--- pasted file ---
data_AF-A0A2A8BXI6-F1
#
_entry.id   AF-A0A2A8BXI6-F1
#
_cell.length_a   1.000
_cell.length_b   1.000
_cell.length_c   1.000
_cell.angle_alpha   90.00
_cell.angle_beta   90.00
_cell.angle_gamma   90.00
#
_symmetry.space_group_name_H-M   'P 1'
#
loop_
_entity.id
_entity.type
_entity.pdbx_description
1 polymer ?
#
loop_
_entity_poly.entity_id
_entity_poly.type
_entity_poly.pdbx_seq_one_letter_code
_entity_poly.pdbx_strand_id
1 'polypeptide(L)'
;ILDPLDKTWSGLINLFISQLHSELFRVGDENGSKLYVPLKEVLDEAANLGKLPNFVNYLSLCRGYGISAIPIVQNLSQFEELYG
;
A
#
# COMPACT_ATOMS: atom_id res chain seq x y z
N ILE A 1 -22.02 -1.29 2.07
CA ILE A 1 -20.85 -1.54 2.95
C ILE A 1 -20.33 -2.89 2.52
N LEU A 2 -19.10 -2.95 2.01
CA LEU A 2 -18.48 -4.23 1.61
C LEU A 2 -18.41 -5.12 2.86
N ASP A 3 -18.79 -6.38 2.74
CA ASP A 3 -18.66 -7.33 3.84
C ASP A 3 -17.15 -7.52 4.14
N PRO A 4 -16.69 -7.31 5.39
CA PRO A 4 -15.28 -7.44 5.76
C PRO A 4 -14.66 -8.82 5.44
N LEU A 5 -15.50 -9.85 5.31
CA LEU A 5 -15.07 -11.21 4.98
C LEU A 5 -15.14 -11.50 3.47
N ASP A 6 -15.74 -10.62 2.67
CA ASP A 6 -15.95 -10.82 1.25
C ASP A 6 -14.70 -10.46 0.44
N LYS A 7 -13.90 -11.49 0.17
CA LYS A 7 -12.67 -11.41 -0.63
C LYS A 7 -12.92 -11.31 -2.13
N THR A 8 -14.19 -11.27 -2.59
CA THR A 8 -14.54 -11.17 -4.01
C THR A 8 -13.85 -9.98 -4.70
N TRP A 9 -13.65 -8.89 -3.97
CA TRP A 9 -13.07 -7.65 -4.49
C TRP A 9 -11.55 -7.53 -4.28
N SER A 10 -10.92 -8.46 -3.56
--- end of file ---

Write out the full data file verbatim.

data_AF-A0A2A8BXI6-F1
#
_entry.id   AF-A0A2A8BXI6-F1
#
_cell.length_a   1.000
_cell.length_b   1.000
_cell.length_c   1.000
_cell.angle_alpha   90.00
_cell.angle_beta   90.00
_cell.angle_gamma   90.00
#
_symmetry.space_group_name_H-M   'P 1'
#
loop_
_entity.id
_entity.type
_entity.pdbx_description
1 polymer ?
#
loop_
_entity_poly.entity_id
_entity_poly.type
_entity_poly.pdbx_seq_one_letter_code
_entity_poly.pdbx_strand_id
1 'polypeptide(L)'
;ILDPLDKTWSGLINLFISQLHSELFRVGDENGSKLYVPLKEVLDEAANLGKLPNFVNYLSLCRGYGISAIPIVQNLSQFEELYG
;
A
#
# COMPACT_ATOMS: atom_id res chain seq x y z
N ILE A 1 -22.02 -1.29 2.07
CA ILE A 1 -20.85 -1.54 2.95
C ILE A 1 -20.33 -2.89 2.52
N LEU A 2 -19.10 -2.95 2.01
CA LEU A 2 -18.48 -4.23 1.61
C LEU A 2 -18.41 -5.12 2.86
N ASP A 3 -18.79 -6.38 2.74
CA ASP A 3 -18.66 -7.33 3.84
C ASP A 3 -17.15 -7.52 4.14
N PRO A 4 -16.69 -7.31 5.39
CA PRO A 4 -15.28 -7.44 5.76
C PRO A 4 -14.66 -8.82 5.44
N LEU A 5 -15.50 -9.85 5.31
CA LEU A 5 -15.07 -11.21 4.98
C LEU A 5 -15.14 -11.50 3.47
N ASP A 6 -15.74 -10.62 2.67
CA ASP A 6 -15.95 -10.82 1.25
C ASP A 6 -14.70 -10.46 0.44
N LYS A 7 -13.90 -11.49 0.17
CA LYS A 7 -12.67 -11.41 -0.63
C LYS A 7 -12.92 -11.31 -2.13
N THR A 8 -14.19 -11.27 -2.59
CA THR A 8 -14.54 -11.17 -4.01
C THR A 8 -13.85 -9.98 -4.70
N TRP A 9 -13.65 -8.89 -3.97
CA TRP A 9 -13.07 -7.65 -4.49
C TRP A 9 -11.55 -7.53 -4.28
N SER A 10 -10.92 -8.46 -3.56